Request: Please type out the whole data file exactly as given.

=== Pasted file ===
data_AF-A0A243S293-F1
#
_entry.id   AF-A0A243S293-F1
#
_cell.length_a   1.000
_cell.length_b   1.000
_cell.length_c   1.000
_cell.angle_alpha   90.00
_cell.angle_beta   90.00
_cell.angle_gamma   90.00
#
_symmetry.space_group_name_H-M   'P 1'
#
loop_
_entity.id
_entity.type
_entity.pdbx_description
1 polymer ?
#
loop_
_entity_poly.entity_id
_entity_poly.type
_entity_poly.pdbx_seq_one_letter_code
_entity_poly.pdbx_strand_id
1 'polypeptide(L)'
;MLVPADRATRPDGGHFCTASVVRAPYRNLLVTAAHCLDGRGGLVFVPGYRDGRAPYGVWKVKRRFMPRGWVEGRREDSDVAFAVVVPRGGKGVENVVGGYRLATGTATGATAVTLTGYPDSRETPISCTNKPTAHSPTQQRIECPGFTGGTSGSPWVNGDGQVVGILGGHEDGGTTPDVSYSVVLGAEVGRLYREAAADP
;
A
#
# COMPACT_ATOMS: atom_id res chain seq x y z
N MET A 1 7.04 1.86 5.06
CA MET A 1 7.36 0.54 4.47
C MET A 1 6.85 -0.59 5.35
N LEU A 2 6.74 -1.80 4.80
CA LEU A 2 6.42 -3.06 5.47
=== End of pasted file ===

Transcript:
data_AF-A0A243S293-F1
#
_entry.id   AF-A0A243S293-F1
#
_cell.length_a   1.000
_cell.length_b   1.000
_cell.length_c   1.000
_cell.angle_alpha   90.00
_cell.angle_beta   90.00
_cell.angle_gamma   90.00
#
_symmetry.space_group_name_H-M   'P 1'
#
loop_
_entity.id
_entity.type
_entity.pdbx_description
1 polymer ?
#
loop_
_entity_poly.entity_id
_entity_poly.type
_entity_poly.pdbx_seq_one_letter_code
_entity_poly.pdbx_strand_id
1 'polypeptide(L)'
;MLVPADRATRPDGGHFCTASVVRAPYRNLLVTAAHCLDGRGGLVFVPGYRDGRAPYGVWKVKRRFMPRGWVEGRREDSDVAFAVVVPRGGKGVENVVGGYRLATGTATGATAVTLTGYPDSRETPISCTNKPTAHSPTQQRIECPGFTGGTSGSPWVNGDGQVVGILGGHEDGGTTPDVSYSVVLGAEVGRLYREAAADP
;
A
#
# COMPACT_ATOMS: atom_id res chain seq x y z
N MET A 1 7.04 1.86 5.06
CA MET A 1 7.36 0.54 4.47
C MET A 1 6.85 -0.59 5.35
N LEU A 2 6.74 -1.80 4.80
CA LEU A 2 6.42 -3.06 5.47